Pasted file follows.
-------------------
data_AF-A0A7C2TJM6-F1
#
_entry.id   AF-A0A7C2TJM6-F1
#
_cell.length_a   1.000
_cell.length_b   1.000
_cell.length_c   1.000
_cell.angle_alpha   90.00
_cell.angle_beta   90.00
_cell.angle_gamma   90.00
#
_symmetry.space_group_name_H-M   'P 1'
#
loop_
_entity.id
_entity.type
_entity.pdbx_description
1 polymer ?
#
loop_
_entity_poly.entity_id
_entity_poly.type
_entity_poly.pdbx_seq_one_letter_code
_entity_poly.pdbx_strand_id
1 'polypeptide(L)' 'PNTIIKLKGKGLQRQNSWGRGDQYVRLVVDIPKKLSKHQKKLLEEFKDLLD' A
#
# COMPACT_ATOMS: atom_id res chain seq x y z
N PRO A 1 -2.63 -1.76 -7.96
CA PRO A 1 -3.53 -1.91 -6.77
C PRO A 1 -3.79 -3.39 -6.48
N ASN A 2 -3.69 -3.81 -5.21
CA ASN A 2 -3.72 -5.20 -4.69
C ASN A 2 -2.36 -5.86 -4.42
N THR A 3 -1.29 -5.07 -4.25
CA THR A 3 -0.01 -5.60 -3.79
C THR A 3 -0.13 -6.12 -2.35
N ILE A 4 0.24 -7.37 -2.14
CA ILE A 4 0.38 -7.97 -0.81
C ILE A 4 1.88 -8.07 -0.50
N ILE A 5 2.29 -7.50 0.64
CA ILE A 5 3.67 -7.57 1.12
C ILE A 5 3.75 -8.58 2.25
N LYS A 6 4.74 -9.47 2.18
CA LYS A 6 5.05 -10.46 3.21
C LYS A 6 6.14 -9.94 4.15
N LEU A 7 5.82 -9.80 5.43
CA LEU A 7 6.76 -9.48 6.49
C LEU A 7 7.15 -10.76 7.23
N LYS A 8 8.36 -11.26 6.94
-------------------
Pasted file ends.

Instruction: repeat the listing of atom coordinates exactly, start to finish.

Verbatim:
data_AF-A0A7C2TJM6-F1
#
_entry.id   AF-A0A7C2TJM6-F1
#
_cell.length_a   1.000
_cell.length_b   1.000
_cell.length_c   1.000
_cell.angle_alpha   90.00
_cell.angle_beta   90.00
_cell.angle_gamma   90.00
#
_symmetry.space_group_name_H-M   'P 1'
#
loop_
_entity.id
_entity.type
_entity.pdbx_description
1 polymer ?
#
loop_
_entity_poly.entity_id
_entity_poly.type
_entity_poly.pdbx_seq_one_letter_code
_entity_poly.pdbx_strand_id
1 'polypeptide(L)' 'PNTIIKLKGKGLQRQNSWGRGDQYVRLVVDIPKKLSKHQKKLLEEFKDLLD' A
#
# COMPACT_ATOMS: atom_id res chain seq x y z
N PRO A 1 -2.63 -1.76 -7.96
CA PRO A 1 -3.53 -1.91 -6.77
C PRO A 1 -3.79 -3.39 -6.48
N ASN A 2 -3.69 -3.81 -5.21
CA ASN A 2 -3.72 -5.20 -4.69
C ASN A 2 -2.36 -5.86 -4.42
N THR A 3 -1.29 -5.07 -4.25
CA THR A 3 -0.01 -5.60 -3.79
C THR A 3 -0.13 -6.12 -2.35
N ILE A 4 0.24 -7.37 -2.14
CA ILE A 4 0.38 -7.97 -0.81
C ILE A 4 1.88 -8.07 -0.50
N ILE A 5 2.29 -7.50 0.64
CA ILE A 5 3.67 -7.57 1.12
C ILE A 5 3.75 -8.58 2.25
N LYS A 6 4.74 -9.47 2.18
CA LYS A 6 5.05 -10.46 3.21
C LYS A 6 6.14 -9.94 4.15
N LEU A 7 5.82 -9.80 5.43
CA LEU A 7 6.76 -9.48 6.49
C LEU A 7 7.15 -10.76 7.23
N LYS A 8 8.36 -11.26 6.94